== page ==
Weis wants tough, nasty football players, throwback kids out of Chicago and the Midwest, out of Western Pennsylvania and his New Jersey home. Weis signed 15 players on Wednesday, passing on several more modest talents who would've brought little but page bios in the media guide. He swears that he isn't one of those pro coaches with a distaste for recruiting, one of those content to leave the job to his assistants while he plays the part of campus CEO.

The blue-blazer haughtiness of Notre Dame's head coaches are gone, replaced with an attacking, aggressive Weis promising to end that failed Notre Dame recruiting strategy of telling kids they ought to come to Notre Dame, because it is Notre Dame. He's got the right idea about reselling the university and program to a new generation.

"Recruiting is selling, and I've got a very good product to sell," Weis said. "I've been around different (college) coaches who just can't stand it ... but I enjoy the competition."

Touchdown Jesus doesn't do it anymore for kids, but that daring, Patriots offense arriving with Weis -- plus a new $20 million football facility -- will be the early difference makers. People have always underestimated Weis because of his unorthodox appearance, but make no mistake: He is selling himself as the face of Notre Dame football now, promising to travel the nation to meet and greet the high school coaches and recruits. Willingham is a different man: stately, soft-spoken and subtle.

Weis is someone else. Weis is a kick in the ass, and they sure seem glad to be seeing that across the Notre Dame nation now.

Mostly, it will start at home for America's college team. As an alum, Weis remembers all those classmates out of Chicago-land, and now sees a program roster with too few Midwestern blue chippers. He sent his assistant staff into greater Chicago en masse a week ago, instructing them to spend a day studying underclass prospects. "We better start winning the Midwest back, especially Chicago," Weis said. "If we can't do that, we're not going to be very successful. Both myself and the rest of my staff are going to understand the importance of winning Chicago."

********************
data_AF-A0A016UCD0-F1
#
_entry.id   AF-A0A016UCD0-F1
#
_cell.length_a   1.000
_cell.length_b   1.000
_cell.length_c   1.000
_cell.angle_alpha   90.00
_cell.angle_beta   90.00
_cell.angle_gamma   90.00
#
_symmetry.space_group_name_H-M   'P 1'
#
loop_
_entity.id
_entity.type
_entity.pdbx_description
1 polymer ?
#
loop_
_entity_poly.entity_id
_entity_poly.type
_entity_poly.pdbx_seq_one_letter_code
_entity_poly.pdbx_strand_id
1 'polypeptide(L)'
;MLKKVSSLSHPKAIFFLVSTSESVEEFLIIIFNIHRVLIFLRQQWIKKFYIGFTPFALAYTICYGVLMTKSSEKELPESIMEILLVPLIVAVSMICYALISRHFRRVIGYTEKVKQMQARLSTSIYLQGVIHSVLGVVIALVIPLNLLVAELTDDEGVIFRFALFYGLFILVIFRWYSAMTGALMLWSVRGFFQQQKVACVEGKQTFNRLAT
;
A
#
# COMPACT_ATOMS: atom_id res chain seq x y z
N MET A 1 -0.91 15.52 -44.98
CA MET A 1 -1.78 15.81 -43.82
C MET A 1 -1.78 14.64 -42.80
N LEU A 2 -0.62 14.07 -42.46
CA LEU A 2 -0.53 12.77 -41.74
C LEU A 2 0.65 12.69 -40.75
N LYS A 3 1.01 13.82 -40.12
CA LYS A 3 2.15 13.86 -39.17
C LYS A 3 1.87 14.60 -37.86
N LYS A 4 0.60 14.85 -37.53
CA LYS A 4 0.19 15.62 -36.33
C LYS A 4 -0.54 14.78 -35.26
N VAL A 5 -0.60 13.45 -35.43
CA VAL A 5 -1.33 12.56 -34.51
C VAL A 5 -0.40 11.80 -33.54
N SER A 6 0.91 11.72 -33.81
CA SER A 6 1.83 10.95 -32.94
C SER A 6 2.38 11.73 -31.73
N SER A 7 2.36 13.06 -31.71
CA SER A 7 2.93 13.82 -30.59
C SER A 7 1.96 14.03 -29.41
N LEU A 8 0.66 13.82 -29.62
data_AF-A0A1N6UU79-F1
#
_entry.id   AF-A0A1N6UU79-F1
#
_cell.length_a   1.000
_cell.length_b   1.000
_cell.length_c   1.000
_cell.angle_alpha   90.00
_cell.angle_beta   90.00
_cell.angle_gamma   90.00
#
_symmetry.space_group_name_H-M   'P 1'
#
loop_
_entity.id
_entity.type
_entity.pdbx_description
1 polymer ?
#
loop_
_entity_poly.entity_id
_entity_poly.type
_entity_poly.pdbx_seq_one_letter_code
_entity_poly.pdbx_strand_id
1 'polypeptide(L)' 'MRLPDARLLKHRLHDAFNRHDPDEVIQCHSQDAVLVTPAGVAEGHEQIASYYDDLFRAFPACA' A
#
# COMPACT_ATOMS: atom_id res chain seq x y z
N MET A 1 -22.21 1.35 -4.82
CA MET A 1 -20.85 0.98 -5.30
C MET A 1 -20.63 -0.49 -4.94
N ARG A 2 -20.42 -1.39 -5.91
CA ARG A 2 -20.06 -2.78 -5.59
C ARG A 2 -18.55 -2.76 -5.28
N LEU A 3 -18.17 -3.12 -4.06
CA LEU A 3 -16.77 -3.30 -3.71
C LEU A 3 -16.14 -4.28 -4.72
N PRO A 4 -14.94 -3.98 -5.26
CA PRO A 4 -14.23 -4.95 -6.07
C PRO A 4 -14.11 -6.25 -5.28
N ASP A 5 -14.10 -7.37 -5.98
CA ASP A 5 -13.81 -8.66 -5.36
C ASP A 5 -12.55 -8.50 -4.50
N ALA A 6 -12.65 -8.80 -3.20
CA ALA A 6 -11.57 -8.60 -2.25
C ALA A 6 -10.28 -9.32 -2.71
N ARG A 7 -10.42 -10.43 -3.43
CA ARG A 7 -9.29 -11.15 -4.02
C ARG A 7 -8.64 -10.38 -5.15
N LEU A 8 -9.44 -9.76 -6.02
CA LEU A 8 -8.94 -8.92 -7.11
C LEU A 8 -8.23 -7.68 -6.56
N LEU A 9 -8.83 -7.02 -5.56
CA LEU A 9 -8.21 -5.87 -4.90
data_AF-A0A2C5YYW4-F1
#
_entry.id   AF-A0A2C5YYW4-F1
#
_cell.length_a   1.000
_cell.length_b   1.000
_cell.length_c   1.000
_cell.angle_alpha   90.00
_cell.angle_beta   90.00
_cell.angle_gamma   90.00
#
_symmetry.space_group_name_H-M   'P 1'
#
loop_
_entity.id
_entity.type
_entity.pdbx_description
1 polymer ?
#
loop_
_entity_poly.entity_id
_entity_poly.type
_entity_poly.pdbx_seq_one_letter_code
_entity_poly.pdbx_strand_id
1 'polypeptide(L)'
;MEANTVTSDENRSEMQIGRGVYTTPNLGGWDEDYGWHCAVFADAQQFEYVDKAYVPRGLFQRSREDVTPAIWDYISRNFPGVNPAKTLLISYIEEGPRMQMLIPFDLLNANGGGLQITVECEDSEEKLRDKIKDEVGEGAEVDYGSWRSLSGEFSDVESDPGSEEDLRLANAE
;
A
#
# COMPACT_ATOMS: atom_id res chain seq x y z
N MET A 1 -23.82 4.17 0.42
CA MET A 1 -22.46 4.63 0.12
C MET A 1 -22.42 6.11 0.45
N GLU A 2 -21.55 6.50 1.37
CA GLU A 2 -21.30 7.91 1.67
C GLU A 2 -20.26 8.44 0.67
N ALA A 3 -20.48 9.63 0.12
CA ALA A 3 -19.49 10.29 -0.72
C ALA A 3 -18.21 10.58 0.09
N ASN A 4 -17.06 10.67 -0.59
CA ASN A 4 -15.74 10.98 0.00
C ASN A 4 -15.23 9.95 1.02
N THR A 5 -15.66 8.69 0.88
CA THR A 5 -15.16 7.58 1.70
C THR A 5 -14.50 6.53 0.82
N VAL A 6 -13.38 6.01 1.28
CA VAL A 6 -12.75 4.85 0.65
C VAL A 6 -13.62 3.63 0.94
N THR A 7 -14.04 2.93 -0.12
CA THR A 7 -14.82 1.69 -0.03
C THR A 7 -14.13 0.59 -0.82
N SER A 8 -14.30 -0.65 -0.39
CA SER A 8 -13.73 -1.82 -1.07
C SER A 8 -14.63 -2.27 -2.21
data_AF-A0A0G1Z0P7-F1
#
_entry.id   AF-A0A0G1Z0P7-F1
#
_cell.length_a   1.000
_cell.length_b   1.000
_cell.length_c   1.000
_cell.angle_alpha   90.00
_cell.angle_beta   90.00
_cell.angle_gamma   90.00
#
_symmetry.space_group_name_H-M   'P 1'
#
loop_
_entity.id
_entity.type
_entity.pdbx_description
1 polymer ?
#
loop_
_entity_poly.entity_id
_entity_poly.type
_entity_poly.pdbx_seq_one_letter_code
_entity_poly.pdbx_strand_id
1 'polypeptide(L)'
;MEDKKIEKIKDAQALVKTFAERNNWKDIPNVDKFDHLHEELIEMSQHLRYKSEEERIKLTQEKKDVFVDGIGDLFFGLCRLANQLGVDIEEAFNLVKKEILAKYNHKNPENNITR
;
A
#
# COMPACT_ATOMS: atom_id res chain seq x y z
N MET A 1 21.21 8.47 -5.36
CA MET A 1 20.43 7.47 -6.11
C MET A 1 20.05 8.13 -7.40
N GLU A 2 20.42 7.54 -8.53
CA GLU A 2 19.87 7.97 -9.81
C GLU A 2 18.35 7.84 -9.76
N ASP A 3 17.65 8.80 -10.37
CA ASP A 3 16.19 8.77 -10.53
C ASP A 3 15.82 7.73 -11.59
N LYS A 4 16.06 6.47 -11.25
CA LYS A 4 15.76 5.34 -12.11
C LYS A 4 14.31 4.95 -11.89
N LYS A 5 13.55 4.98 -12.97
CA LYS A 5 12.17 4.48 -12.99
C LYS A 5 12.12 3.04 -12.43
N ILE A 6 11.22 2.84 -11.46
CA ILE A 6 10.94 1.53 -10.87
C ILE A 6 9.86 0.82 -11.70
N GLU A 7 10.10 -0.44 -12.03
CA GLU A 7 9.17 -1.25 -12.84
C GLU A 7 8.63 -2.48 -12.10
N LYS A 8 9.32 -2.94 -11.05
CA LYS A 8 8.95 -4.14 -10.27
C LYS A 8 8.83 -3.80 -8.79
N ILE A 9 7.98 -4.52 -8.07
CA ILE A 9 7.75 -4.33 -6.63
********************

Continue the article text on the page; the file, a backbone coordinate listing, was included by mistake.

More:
Across the Midwest and America, everyone needs a reason to believe in the Fighting Irish again. They need a reason to believe Notre Dame football can be Notre Dame football again. Once Monday arrives, and he's on that plane to South Bend for good, Weis will waste little time flashing those glistening Super Bowl rings and finding out where that credibility gets him starting out on this job. He's determined to bring the principles of today's NFL dynasty to yesterday's college dynasty, and use it to try to bring the Fighting Irish back again.

"There might be a smaller margin (for error in Notre Dame recruiting), but there are plenty of kids who fit the mold," Weis said. "We're going to have to do a better job, starting with the head coach, of finding where they are and going out and getting them.

"Next year at this time, I intend to have accomplished that mission."

Adrian Wojnarowski is a sports columnist for The Record (N.J.) and a regular contributor to ESPN.com. His book, The Miracle Of St. Anthony: A Season with Coach Bob Hurley And Basketball's Most Improbable Dynasty, can be pre-ordered before its February 2005 release. He can be reached at ESPNWoj8@aol.com.